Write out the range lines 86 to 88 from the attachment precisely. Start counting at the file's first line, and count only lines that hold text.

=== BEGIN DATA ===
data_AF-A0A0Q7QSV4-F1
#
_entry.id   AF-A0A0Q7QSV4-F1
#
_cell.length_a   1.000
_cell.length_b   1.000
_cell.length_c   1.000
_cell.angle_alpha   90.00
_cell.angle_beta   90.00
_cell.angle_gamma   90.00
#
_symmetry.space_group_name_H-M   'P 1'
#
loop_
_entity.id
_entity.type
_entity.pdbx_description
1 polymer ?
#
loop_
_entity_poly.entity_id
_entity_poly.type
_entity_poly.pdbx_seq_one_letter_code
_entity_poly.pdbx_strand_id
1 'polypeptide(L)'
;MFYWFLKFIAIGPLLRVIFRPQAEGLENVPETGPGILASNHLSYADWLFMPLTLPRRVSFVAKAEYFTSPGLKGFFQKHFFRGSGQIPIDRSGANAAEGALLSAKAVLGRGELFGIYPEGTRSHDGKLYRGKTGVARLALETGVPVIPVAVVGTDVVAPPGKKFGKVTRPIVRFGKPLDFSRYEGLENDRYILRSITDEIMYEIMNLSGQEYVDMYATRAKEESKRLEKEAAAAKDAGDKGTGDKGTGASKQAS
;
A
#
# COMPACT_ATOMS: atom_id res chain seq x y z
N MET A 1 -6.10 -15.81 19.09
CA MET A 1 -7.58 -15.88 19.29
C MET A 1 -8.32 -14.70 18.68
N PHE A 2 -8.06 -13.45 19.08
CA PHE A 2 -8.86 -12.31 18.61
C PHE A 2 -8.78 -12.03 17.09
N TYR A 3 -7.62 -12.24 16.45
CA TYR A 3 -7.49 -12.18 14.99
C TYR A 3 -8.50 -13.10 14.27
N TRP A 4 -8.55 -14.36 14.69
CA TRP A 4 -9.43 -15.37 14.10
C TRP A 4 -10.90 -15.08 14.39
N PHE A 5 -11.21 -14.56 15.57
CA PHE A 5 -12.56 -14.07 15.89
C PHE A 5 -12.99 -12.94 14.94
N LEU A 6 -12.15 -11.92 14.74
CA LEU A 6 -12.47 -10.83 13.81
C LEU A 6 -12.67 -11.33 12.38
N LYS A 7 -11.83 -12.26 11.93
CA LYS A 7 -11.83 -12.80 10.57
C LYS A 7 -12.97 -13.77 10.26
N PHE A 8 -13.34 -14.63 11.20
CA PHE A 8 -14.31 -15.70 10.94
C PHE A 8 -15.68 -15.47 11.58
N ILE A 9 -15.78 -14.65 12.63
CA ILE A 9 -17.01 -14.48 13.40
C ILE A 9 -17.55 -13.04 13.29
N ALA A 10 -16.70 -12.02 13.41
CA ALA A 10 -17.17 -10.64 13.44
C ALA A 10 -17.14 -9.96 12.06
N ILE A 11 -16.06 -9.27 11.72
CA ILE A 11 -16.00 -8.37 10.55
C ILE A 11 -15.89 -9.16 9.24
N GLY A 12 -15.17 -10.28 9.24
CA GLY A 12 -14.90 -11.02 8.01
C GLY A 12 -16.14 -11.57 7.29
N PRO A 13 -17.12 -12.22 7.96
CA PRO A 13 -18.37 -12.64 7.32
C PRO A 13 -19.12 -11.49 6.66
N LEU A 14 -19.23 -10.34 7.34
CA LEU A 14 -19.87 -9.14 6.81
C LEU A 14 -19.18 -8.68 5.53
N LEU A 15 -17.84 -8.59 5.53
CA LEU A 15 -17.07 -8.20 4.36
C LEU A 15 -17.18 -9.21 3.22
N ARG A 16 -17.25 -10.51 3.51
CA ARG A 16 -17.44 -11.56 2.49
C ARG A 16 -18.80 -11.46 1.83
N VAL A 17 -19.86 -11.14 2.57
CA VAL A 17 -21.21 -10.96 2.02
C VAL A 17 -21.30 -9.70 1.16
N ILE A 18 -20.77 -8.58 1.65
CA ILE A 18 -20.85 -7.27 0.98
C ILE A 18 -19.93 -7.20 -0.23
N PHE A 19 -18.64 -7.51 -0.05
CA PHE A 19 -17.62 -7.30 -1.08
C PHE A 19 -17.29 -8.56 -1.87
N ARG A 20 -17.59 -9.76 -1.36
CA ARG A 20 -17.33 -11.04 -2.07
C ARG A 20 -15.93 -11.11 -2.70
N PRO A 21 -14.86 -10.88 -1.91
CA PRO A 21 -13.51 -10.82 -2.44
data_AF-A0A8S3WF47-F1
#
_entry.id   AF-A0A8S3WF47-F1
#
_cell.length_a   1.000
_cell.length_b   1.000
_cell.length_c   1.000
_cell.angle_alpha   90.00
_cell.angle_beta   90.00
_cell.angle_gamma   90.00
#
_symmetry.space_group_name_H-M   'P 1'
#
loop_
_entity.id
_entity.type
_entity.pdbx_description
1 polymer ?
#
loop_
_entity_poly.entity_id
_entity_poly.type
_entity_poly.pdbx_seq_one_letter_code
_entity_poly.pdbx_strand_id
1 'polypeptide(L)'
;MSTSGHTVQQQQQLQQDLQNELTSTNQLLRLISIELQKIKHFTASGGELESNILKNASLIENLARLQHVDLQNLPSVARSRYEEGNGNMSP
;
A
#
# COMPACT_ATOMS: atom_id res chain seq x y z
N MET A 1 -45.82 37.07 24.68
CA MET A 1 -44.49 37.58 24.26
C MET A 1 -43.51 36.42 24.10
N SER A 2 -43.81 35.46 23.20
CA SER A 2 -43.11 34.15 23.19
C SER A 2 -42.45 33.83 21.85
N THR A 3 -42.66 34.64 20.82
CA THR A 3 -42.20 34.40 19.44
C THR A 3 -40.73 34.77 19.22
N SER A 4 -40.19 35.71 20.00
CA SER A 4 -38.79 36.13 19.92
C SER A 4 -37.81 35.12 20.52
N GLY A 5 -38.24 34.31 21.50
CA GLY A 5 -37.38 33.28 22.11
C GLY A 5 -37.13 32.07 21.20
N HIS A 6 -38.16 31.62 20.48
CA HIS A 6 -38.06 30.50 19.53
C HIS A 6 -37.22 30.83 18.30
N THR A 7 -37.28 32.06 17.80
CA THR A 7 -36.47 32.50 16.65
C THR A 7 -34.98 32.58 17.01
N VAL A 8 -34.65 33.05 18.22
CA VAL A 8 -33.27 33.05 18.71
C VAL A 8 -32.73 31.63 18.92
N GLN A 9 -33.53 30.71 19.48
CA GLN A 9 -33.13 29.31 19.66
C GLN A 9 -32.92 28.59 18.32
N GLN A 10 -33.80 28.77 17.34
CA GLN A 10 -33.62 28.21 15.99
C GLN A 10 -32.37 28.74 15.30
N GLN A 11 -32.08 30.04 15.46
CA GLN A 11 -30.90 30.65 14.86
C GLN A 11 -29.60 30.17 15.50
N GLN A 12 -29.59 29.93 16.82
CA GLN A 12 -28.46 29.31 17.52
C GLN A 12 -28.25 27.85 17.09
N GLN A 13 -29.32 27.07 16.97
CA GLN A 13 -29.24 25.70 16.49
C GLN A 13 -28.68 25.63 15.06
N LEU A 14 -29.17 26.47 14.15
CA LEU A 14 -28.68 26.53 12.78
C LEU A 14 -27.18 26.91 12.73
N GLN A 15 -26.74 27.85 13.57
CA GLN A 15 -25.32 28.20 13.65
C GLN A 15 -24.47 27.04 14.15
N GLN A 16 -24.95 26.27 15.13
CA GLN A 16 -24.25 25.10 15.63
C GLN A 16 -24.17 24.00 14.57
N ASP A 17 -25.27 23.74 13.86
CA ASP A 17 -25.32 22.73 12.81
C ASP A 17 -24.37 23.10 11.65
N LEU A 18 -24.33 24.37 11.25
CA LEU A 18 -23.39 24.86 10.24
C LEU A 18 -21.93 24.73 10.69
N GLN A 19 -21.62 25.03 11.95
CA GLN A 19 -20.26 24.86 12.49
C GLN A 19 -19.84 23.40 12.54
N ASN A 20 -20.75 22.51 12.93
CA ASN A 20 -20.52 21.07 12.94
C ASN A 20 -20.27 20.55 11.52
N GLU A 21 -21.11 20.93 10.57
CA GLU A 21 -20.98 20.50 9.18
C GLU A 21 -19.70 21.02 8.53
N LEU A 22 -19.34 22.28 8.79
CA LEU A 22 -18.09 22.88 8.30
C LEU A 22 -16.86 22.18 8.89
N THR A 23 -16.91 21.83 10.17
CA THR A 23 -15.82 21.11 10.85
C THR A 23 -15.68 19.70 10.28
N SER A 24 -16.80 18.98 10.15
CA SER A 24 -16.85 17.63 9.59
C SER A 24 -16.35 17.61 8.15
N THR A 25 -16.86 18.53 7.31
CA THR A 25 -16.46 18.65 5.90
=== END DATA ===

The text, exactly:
CA PHE A 19 -17.62 -7.30 -1.08
C PHE A 19 -17.29 -8.56 -1.87
N ARG A 20 -17.59 -9.76 -1.36